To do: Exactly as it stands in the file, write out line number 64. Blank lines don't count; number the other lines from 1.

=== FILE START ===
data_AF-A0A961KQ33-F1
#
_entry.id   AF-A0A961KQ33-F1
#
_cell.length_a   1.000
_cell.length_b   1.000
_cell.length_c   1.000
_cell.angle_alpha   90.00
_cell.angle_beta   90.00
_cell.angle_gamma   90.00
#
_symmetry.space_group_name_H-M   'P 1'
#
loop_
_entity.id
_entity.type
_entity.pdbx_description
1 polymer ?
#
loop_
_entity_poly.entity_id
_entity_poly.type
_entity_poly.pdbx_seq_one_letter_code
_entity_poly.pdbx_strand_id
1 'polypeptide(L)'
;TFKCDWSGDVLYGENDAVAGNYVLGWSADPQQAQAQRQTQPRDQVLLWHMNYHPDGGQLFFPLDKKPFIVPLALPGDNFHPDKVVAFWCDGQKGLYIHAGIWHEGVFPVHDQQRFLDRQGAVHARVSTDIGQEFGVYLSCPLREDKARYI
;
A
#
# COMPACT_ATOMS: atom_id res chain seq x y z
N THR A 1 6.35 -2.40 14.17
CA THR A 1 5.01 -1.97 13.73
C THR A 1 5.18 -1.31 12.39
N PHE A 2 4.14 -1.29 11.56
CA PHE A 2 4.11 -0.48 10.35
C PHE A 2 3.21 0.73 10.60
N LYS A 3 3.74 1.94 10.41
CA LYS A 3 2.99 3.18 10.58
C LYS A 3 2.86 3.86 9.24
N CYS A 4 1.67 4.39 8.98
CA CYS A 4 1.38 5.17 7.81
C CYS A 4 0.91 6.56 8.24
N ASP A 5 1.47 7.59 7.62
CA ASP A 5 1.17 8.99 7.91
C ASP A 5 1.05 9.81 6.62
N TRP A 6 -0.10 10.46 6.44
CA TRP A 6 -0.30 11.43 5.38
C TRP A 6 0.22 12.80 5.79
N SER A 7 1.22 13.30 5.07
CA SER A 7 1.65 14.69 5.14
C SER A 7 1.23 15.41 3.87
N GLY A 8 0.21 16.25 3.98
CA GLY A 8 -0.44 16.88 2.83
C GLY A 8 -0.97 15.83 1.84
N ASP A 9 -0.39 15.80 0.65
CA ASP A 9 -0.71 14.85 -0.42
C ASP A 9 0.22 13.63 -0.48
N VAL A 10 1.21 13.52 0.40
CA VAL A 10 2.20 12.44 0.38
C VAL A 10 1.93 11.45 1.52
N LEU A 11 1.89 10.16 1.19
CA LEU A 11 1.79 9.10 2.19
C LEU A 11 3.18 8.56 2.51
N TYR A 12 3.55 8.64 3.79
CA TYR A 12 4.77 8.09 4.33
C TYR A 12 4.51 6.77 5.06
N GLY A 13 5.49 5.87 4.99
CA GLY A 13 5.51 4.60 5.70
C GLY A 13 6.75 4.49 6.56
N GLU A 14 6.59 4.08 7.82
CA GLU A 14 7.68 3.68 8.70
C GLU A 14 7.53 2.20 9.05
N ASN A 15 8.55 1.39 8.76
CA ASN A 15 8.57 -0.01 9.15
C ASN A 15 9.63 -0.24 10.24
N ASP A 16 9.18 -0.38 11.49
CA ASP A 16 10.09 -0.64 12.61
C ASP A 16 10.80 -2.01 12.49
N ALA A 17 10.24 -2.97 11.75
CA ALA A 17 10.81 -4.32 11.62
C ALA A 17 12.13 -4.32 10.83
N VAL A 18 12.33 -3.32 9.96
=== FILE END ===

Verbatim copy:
N TYR A 12 3.55 8.64 3.79